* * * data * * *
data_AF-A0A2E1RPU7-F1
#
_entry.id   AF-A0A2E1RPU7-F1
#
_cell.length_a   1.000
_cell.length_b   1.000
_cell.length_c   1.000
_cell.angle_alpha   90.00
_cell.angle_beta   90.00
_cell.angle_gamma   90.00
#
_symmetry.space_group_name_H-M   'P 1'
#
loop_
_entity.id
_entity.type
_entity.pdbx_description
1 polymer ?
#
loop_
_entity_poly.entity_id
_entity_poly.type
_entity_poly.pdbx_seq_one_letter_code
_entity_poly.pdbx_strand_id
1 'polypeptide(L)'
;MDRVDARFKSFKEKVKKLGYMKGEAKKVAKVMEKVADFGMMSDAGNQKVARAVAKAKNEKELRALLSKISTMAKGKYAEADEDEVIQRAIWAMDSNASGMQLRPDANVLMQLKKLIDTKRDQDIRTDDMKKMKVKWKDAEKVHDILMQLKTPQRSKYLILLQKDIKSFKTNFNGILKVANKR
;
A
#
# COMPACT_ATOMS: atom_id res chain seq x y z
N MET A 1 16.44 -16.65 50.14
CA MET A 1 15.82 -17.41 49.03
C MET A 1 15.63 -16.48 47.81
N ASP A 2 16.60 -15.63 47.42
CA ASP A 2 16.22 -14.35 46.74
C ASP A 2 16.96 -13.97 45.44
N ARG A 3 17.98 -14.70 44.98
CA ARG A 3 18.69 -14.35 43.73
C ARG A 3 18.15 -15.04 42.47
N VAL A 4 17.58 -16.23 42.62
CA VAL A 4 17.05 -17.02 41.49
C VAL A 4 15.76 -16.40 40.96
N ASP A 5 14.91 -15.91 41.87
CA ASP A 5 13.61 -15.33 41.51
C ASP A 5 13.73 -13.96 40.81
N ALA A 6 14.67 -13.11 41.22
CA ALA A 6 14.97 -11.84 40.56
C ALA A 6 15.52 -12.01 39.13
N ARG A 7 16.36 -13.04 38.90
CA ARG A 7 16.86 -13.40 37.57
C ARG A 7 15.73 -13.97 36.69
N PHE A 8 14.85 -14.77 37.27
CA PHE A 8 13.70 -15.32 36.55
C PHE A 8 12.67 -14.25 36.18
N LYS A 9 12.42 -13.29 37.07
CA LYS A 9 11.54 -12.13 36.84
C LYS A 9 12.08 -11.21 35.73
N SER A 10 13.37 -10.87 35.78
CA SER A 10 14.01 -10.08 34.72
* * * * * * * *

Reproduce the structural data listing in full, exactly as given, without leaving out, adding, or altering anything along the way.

data_AF-A0A2E1RPU7-F1
#
_entry.id   AF-A0A2E1RPU7-F1
#
_cell.length_a   1.000
_cell.length_b   1.000
_cell.length_c   1.000
_cell.angle_alpha   90.00
_cell.angle_beta   90.00
_cell.angle_gamma   90.00
#
_symmetry.space_group_name_H-M   'P 1'
#
loop_
_entity.id
_entity.type
_entity.pdbx_description
1 polymer ?
#
loop_
_entity_poly.entity_id
_entity_poly.type
_entity_poly.pdbx_seq_one_letter_code
_entity_poly.pdbx_strand_id
1 'polypeptide(L)'
;MDRVDARFKSFKEKVKKLGYMKGEAKKVAKVMEKVADFGMMSDAGNQKVARAVAKAKNEKELRALLSKISTMAKGKYAEADEDEVIQRAIWAMDSNASGMQLRPDANVLMQLKKLIDTKRDQDIRTDDMKKMKVKWKDAEKVHDILMQLKTPQRSKYLILLQKDIKSFKTNFNGILKVANKR
;
A
#
# COMPACT_ATOMS: atom_id res chain seq x y z
N MET A 1 16.44 -16.65 50.14
CA MET A 1 15.82 -17.41 49.03
C MET A 1 15.63 -16.48 47.81
N ASP A 2 16.60 -15.63 47.42
CA ASP A 2 16.22 -14.35 46.74
C ASP A 2 16.96 -13.97 45.44
N ARG A 3 17.98 -14.70 44.98
CA ARG A 3 18.69 -14.35 43.73
C ARG A 3 18.15 -15.04 42.47
N VAL A 4 17.58 -16.23 42.62
CA VAL A 4 17.05 -17.02 41.49
C VAL A 4 15.76 -16.40 40.96
N ASP A 5 14.91 -15.91 41.87
CA ASP A 5 13.61 -15.33 41.51
C ASP A 5 13.73 -13.96 40.81
N ALA A 6 14.67 -13.11 41.22
CA ALA A 6 14.97 -11.84 40.56
C ALA A 6 15.52 -12.01 39.13
N ARG A 7 16.36 -13.04 38.90
CA ARG A 7 16.86 -13.40 37.57
C ARG A 7 15.73 -13.97 36.69
N PHE A 8 14.85 -14.77 37.27
CA PHE A 8 13.70 -15.32 36.55
C PHE A 8 12.67 -14.25 36.18
N LYS A 9 12.42 -13.29 37.07
CA LYS A 9 11.54 -12.13 36.84
C LYS A 9 12.08 -11.21 35.73
N SER A 10 13.37 -10.87 35.78
CA SER A 10 14.01 -10.08 34.72